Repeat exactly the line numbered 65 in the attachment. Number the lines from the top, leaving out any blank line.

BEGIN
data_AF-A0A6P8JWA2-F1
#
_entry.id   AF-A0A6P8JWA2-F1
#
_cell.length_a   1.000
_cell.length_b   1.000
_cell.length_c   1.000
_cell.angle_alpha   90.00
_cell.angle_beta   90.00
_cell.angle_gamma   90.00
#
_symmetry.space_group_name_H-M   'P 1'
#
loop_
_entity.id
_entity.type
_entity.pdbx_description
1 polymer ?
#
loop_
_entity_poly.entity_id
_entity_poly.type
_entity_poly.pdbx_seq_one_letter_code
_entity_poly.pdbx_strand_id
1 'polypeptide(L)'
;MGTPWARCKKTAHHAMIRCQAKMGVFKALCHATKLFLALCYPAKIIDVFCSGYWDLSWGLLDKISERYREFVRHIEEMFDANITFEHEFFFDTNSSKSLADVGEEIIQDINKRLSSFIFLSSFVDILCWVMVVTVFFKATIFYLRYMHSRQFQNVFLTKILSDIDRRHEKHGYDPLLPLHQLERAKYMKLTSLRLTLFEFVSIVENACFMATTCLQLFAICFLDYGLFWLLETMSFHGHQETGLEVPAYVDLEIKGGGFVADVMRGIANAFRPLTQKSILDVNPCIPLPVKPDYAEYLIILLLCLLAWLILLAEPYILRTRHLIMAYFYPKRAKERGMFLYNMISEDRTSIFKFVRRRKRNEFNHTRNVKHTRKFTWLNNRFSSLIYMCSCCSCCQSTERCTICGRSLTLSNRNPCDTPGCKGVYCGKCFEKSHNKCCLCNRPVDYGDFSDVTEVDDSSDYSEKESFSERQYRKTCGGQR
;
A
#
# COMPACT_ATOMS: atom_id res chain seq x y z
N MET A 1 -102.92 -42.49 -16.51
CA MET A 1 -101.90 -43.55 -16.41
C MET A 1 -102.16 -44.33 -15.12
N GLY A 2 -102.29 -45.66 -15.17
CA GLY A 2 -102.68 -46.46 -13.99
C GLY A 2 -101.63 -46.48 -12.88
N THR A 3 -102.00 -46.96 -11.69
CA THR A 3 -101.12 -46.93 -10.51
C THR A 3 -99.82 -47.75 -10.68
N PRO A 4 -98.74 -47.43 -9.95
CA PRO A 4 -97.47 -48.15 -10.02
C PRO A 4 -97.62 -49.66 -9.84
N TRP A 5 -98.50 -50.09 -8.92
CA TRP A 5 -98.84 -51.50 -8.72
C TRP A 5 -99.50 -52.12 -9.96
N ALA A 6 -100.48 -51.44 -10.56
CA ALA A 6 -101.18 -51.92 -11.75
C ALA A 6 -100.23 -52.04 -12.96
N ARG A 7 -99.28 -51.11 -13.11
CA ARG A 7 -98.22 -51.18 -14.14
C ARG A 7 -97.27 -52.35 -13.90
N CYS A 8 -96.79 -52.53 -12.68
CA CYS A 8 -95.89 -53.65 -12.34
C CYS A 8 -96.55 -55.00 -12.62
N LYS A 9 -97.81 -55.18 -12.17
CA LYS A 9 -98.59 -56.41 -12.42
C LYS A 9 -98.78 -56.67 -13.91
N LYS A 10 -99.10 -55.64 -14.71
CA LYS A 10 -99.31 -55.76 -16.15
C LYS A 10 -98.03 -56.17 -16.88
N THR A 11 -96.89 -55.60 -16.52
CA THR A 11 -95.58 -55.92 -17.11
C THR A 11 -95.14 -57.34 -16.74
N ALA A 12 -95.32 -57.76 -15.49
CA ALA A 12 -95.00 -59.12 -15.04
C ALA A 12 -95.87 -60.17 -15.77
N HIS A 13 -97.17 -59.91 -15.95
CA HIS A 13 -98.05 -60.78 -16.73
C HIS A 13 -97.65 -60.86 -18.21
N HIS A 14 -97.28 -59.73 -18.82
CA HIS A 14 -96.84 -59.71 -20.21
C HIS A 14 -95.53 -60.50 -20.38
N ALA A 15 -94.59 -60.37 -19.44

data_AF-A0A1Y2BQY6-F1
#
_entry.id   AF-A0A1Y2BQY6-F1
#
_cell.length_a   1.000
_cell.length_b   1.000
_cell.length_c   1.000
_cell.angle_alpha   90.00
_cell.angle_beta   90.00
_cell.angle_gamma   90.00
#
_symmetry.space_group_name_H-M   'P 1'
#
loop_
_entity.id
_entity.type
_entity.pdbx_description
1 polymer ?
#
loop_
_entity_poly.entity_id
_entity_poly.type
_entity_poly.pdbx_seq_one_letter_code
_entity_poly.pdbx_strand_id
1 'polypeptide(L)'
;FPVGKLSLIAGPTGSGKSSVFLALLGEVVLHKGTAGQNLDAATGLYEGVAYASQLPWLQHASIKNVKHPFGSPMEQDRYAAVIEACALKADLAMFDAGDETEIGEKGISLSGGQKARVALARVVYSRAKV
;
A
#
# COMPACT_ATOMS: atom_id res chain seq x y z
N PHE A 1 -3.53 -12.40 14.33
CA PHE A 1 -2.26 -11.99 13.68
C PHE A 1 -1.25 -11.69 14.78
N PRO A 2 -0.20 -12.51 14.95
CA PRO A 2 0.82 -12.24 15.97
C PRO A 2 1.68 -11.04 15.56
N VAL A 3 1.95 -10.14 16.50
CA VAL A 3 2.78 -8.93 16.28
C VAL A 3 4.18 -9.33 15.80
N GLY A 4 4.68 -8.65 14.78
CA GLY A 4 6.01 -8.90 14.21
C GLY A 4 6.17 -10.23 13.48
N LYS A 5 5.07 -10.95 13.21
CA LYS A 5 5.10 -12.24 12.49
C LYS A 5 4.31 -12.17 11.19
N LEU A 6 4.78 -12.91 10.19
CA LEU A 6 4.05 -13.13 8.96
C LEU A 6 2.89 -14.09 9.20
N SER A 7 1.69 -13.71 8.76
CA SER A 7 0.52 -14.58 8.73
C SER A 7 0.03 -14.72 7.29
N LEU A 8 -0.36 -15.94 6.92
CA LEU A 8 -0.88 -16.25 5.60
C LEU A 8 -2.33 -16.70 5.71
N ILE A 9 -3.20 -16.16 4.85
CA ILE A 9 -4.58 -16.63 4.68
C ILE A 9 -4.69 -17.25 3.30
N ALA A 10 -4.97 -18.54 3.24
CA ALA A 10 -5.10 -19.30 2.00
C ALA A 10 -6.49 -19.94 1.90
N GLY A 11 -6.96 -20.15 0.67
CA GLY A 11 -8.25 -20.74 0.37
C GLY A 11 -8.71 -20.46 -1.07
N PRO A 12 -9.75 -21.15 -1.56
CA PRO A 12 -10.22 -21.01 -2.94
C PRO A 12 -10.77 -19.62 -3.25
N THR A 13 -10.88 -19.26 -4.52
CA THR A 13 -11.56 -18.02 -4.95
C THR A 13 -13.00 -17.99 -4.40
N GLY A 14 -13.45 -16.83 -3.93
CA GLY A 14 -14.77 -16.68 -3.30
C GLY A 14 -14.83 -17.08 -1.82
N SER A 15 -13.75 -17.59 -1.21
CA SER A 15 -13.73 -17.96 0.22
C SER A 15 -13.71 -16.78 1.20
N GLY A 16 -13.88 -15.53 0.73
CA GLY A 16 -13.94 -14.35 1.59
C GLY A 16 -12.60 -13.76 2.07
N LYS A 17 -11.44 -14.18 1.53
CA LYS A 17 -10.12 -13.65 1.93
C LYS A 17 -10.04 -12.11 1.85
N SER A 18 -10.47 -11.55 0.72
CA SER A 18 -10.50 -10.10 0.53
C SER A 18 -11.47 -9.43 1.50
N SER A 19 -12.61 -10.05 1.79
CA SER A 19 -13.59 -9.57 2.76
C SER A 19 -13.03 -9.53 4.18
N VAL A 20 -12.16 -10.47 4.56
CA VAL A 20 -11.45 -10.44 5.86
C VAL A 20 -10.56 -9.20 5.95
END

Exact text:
CA ALA A 12 -95.00 -59.12 -15.04